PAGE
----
1. Lidoriki is a pastoral village nestled in the remote mountains of central Greece. Occupied since antiquity, Lidoriki contains a microcosm of Greek history. We will survey the acropolis of ancient Kallipolis, which was converted into a castle during the Middle Ages and we will document the beautifully preserved church of Taxiarches. Through drawing and photography, we will produce a complete visual record of decorative arts and traditional stone architecture. During the 1960s, the three rivers that met in Lidoriki were dammed to create a reservoir to water Athens. Beginning in the 1990s, the mountains of Lidoriki were also aggressively mined for the extraction of bauxite, an ingredient in the production of aluminum. Mining and damming have produced an extreme lunar landscape that places modernity into direct confrontation with Lidoriki’s pastoral traditions. The juxtaposition of antiquity and modernity makes Lidoriki a fascinating region. We will stay in the village and collaborate with the local community, as well as, with a consortium of scholars from the Polytechnic University of Athens and Maryville University. The experience will give the students powerful lessons in the complexities of cultural resource management in the intersection of local, national and global forces.

2. Corinth. Excavated by American archaeologists since 1893, Corinth is microcosm of archaeological periods and methods. Its rich archive of old photos and drawings offers a rare glimpse in the intersection of fine art and excavation. Here we will reverse the process of investigation that we learned in Lidoriki. Rather than applying drawing and photography on standing monuments, we will use drawings and photographs from the 19th and early 20th centuries to reconstruct an excavated monument that does not exist anymore. Using historical photographs and the excavation records, we will create a 3-dimensional model of Saint John, an important church that was removed in 1937.

3. Athens. We will conclude our trip in Athens, Greece’s largest and most historical city. We will visit the major museums to investigate ways by which the past has been represented at a metropolitan setting. Turning our attention on the urban fabric, we will execute a number of visual works that capture the overlapping layers of history, including the most recent chapter of the financial crisis. Joining our team from the Polytechnic University, we will hold a final review session in the university’s historical building.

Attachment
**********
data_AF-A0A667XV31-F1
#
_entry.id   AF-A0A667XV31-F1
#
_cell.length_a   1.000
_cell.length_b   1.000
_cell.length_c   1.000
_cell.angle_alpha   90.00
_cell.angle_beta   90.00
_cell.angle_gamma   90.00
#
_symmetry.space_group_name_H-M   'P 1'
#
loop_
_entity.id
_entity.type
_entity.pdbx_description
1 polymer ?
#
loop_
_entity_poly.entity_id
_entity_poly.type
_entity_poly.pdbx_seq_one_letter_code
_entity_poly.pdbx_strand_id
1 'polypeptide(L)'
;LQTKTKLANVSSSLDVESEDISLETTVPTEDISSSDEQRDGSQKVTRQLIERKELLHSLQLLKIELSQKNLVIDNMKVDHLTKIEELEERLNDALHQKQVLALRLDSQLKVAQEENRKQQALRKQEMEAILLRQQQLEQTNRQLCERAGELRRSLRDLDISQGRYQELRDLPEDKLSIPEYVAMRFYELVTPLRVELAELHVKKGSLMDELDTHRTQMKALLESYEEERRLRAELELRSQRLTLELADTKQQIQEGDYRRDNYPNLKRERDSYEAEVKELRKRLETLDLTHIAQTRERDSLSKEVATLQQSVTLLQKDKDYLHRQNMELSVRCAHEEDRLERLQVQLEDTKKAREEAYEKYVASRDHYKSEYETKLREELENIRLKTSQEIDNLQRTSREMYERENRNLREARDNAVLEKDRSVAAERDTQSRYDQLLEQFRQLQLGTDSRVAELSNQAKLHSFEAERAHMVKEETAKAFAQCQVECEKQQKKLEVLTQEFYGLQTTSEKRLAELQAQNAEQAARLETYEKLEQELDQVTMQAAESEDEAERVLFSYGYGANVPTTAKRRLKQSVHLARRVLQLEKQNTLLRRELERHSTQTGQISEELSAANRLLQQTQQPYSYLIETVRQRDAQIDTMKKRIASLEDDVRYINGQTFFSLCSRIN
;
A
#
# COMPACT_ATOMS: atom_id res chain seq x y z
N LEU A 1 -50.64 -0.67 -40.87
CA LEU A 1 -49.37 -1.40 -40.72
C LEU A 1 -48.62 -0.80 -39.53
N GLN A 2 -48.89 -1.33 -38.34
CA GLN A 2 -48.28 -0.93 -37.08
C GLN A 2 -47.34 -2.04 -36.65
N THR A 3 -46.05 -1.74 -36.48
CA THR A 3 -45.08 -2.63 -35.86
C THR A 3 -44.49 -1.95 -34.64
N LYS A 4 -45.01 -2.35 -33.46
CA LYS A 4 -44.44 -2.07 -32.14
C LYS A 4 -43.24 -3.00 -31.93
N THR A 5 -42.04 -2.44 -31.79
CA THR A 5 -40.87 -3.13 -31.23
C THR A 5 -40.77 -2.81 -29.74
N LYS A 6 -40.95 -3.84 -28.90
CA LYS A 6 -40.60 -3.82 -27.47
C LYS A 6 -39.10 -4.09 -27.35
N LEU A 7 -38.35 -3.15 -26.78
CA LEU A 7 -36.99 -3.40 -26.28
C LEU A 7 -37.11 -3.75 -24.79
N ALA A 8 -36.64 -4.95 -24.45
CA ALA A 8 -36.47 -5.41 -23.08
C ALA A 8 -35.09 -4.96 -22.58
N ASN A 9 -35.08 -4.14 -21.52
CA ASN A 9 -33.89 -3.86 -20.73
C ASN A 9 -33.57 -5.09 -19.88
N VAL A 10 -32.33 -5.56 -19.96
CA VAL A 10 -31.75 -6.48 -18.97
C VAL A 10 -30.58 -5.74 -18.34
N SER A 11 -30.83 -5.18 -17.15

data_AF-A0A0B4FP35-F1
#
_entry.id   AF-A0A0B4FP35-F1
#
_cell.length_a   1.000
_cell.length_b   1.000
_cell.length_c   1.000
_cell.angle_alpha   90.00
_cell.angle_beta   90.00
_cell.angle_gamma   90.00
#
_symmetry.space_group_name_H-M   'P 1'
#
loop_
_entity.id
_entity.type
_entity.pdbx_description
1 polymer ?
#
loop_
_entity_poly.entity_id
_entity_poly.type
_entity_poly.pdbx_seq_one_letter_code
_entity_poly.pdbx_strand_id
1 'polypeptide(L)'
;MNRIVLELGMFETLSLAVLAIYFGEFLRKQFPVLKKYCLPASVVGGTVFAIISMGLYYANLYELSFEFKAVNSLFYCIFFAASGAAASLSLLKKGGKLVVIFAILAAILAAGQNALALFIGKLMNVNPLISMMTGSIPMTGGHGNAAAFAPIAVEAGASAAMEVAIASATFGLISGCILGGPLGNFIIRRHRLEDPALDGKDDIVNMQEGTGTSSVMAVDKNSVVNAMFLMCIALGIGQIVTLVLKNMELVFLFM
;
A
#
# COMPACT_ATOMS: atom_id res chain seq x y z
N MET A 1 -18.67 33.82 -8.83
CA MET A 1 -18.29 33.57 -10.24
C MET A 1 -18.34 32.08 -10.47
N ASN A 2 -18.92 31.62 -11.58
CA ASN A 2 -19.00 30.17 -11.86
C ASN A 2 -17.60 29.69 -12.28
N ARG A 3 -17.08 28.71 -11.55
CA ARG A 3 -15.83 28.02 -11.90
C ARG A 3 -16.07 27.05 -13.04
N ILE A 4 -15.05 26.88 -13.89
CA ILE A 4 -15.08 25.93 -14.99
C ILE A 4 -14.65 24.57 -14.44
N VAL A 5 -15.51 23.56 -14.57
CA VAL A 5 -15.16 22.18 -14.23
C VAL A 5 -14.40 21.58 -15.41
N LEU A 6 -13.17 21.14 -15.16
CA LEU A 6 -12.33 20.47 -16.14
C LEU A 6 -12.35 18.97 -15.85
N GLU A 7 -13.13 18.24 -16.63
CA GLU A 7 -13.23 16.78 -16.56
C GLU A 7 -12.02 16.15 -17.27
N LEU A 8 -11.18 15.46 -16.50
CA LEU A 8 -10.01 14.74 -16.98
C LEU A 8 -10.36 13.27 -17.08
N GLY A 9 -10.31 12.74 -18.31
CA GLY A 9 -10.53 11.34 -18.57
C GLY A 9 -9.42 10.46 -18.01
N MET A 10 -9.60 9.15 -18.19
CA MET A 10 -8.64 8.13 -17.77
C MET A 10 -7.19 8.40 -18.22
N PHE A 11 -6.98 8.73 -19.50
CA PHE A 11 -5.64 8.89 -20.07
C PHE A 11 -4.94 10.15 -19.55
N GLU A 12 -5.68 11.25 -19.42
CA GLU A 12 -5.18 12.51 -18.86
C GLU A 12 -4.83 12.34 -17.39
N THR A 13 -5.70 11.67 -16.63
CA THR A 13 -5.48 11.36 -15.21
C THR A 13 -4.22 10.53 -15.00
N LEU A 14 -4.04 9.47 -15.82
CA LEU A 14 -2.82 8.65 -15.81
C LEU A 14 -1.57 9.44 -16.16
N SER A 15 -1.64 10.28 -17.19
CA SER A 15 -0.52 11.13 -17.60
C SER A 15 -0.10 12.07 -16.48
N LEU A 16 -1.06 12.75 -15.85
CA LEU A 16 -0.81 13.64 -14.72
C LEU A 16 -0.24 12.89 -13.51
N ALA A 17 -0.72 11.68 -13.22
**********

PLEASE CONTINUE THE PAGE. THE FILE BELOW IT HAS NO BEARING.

May 15 Departure from Philadelphia International Airport (11 am)
May 16 Arrival at Venizelos International Airport, Athens (9 am)
May 17 Lidoriki
May 18 Lidoriki
May 19 Itea, Naupaktos
May 20 Lidoriki
May 21 Lidoriki
May 22 Lidoriki
May 23 Lidoriki
May 24 Lidoriki
May 25 Lidoriki
May 26 Corinth
May 27 Corinth
May 28 Corinth
May 29 Athens
May 30 Athens
May 31 Departure from Venizelos International Airport, Athens (9am)
             Arrival at Philadelphia (3pm)

Thursday, December 06, 2012

Monday, December 03, 2012

Zeppelin Archaeology

A couple of years ago, we began the Punk Archaeology project which will culminate in a day-long conference, performance and all-around happening in Fargo this February (see here). The revival of this collaborative (it would be punk sacrilege to call it "community") helps me return to one of the issues raised in the project, namely the relationship between punk and house form. I had pondered on this before, see The House of the Rising Sun, The Clash squatting, Iggy Pop's trailer home in Ypsilanti,. As Barack Obama honors Led Zeppelin in the 2012 Kennedy Center awards today, I am thinking about the contrast between two domestic utopias, between punk's post-industrial arcadia of urban ruins and rock's pre-industrial utopia of the idyllic countryside. During the 1970s, two antithetical bands, The Clash and Led Zeppelin congregated in radically different dwellings. Both were extreme expressions of belonging and both were off the grid -- neither had electricity nor water. Joe Strummer began his musical career in 1974 by forming The 101ers, who took their name from 101 Walterton Road, London, where the band squatted. The row house was part of a bombed out World War II neighborhood that the government eventually demolished in 1975. The band then squatted at 36 N Luke Rd in a West Indian neighborhood, which explains punk's Ska connections. Through The Clash and other bands like them, punk was conceived inside the domestic ruins of 19th-century cities.

At the same time, Led Zeppelin retreated to the British countryside, inhabiting an 18th-century cottage in Wales. Bron-Yr-Aur, made famous by an instrumental track by the same name, belonged to Robert Plant's family, who took used it as a vacation house in the 1950s. Although rooted in the American blues, Led Zeppelin taps into a medieval sense of organicity that is deeply seated in the foundations of the British psyche. This is clearly evident in the band's fin-de-siecle logotype. While Plant and Jimmy Page were writing Zeppelin III at Bron-Yr-Aur, Raymond Williams was historicizing the British myth of the country in a landmark of Marxist historiography, The Country and The City (1973). Williams argued that the British began idealizing the countryside at the very moment that they were destroying it (the enclosure movement, aristocrats turning to capitalist landlords, etc.) Unbeknownst to Williams, Plant and Page were in the process of transforming the myth of rural England into a powerful acoustic aura to be replicated in ordinary homes through high-fidelity record players. The Bron-Yr-Aur house (photo below) represents the specific architectural origins of this transformation. Zeppelin's genius (which is why they are honored by the White House) is to invisibly translate these very stone walls into an aural structure that bears no resemblance to its vernacular origin.

PS. I did the sketch of Zeppelin above Sunday morning, sitting in the kitchen of my sister and brother-in-law (who is spending his sabbatical in Washington, D.C.), waiting for other to wake up, reading The Washington Post. When my niece came down, she was extremely curious why I was drawing people from the newspaper. Then she disappeared to return with a concocted notebook that resembled mine, but made up of cardboard, tape and paper. For the rest of the morning, we learned how to copy cartoons and photos. She's a natural.

Blog Archive

Kostis Kourelis

Philadelphia, PA, United States